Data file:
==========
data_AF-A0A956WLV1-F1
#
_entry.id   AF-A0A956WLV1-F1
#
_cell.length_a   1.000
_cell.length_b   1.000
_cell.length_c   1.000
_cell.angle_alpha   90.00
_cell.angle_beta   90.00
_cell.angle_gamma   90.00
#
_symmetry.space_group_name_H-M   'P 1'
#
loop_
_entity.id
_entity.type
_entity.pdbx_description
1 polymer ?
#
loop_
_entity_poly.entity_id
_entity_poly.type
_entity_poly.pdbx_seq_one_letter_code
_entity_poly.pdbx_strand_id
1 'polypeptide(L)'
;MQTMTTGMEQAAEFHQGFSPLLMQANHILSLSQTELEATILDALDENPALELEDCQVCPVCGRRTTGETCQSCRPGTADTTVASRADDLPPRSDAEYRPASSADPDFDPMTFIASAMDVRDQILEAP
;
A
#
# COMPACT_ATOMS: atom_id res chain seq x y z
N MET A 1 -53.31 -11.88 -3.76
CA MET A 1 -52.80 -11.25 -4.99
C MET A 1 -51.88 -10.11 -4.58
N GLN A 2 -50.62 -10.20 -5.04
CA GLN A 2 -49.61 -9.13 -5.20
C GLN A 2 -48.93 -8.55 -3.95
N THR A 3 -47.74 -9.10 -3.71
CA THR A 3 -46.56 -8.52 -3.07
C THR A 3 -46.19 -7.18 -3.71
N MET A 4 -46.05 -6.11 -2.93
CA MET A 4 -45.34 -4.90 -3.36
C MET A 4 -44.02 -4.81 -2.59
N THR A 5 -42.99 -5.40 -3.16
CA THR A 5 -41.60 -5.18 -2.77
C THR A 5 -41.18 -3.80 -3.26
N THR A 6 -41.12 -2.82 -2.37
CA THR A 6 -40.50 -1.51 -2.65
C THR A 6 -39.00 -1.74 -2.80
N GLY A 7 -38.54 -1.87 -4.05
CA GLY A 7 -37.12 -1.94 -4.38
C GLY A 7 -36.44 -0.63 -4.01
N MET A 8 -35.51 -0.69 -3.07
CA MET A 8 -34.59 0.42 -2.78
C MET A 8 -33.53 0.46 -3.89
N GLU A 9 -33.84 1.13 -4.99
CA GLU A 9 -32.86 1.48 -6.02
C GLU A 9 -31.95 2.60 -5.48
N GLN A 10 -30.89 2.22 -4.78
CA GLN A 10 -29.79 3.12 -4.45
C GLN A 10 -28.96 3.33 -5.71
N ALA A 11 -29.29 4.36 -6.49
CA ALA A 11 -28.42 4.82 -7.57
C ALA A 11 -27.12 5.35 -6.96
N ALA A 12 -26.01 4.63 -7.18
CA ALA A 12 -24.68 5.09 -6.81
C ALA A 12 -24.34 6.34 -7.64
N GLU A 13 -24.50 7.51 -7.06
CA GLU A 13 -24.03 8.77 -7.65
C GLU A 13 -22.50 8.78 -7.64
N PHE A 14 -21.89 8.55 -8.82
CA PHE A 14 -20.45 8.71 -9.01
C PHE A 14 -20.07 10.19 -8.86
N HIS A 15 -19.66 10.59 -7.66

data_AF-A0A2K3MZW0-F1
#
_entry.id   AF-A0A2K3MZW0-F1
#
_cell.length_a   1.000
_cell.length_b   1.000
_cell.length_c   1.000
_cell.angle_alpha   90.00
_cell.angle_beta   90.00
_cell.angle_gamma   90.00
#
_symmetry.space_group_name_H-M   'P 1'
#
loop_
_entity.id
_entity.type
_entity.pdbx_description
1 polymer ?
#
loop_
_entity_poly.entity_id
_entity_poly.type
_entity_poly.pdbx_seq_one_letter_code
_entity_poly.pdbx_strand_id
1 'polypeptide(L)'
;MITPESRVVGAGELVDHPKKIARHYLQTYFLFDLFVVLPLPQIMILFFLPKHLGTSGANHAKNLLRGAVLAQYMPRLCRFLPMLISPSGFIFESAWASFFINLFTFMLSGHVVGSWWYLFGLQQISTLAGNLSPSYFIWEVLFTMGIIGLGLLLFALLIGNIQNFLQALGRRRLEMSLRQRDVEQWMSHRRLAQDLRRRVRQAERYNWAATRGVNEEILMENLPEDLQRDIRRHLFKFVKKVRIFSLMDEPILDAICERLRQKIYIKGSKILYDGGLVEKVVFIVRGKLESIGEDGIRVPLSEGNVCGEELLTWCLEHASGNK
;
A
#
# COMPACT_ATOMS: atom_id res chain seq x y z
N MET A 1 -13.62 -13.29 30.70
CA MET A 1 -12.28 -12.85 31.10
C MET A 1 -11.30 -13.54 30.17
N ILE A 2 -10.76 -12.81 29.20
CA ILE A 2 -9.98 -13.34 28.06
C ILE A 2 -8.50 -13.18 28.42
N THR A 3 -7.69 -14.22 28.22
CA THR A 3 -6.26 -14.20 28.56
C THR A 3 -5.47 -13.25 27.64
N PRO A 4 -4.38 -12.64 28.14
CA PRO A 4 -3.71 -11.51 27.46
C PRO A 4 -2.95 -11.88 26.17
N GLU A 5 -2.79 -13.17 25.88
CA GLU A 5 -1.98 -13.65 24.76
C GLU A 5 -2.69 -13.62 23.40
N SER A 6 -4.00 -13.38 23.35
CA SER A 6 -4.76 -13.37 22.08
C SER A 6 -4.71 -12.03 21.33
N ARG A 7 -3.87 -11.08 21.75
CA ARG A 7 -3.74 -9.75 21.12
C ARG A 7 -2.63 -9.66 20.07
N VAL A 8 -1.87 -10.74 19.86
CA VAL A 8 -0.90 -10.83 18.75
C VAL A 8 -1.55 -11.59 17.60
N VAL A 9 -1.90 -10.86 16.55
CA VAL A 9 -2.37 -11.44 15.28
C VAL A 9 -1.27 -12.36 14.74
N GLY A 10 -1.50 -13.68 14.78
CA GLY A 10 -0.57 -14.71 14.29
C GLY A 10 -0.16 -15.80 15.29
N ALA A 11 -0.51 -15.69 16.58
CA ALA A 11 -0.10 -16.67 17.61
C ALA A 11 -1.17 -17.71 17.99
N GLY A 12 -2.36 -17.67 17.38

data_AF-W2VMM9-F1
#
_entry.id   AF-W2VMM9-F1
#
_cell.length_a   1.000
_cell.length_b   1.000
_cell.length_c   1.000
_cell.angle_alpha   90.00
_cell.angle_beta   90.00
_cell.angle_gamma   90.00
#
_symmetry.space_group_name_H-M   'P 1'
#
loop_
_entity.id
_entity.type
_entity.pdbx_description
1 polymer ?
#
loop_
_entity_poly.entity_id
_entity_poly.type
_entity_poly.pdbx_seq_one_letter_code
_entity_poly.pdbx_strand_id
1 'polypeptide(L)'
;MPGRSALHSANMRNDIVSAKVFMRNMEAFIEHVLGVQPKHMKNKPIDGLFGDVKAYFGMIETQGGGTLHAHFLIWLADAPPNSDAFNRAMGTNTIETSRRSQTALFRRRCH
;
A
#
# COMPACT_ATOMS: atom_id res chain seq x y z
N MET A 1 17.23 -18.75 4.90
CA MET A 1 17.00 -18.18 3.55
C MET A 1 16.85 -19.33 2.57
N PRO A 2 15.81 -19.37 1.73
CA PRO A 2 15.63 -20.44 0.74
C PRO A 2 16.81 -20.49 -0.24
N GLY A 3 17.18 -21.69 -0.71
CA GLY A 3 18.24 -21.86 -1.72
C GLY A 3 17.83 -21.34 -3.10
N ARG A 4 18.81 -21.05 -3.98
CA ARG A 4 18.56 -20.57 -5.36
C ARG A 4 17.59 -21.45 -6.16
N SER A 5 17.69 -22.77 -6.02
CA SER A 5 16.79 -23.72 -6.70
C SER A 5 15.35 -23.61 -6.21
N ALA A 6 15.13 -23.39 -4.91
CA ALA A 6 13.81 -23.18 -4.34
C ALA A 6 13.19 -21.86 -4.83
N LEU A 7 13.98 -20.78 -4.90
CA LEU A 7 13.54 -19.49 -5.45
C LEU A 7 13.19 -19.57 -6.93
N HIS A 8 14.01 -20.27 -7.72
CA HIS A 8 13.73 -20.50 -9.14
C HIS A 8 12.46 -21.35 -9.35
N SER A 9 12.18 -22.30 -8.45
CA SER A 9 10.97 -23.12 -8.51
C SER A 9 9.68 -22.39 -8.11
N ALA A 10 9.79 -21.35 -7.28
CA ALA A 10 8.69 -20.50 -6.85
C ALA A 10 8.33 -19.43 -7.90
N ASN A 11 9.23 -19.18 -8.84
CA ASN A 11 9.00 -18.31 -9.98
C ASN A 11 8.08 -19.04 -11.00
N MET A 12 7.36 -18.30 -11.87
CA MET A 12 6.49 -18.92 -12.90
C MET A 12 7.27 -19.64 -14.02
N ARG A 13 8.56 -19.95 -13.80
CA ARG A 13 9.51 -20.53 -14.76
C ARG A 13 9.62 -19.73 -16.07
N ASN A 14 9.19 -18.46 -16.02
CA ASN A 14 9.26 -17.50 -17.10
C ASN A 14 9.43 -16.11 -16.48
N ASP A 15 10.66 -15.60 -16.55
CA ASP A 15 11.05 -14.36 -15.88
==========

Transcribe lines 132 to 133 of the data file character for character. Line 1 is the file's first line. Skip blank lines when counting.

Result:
CA GLY A 10 -0.57 -14.71 14.29
C GLY A 10 -0.16 -15.80 15.29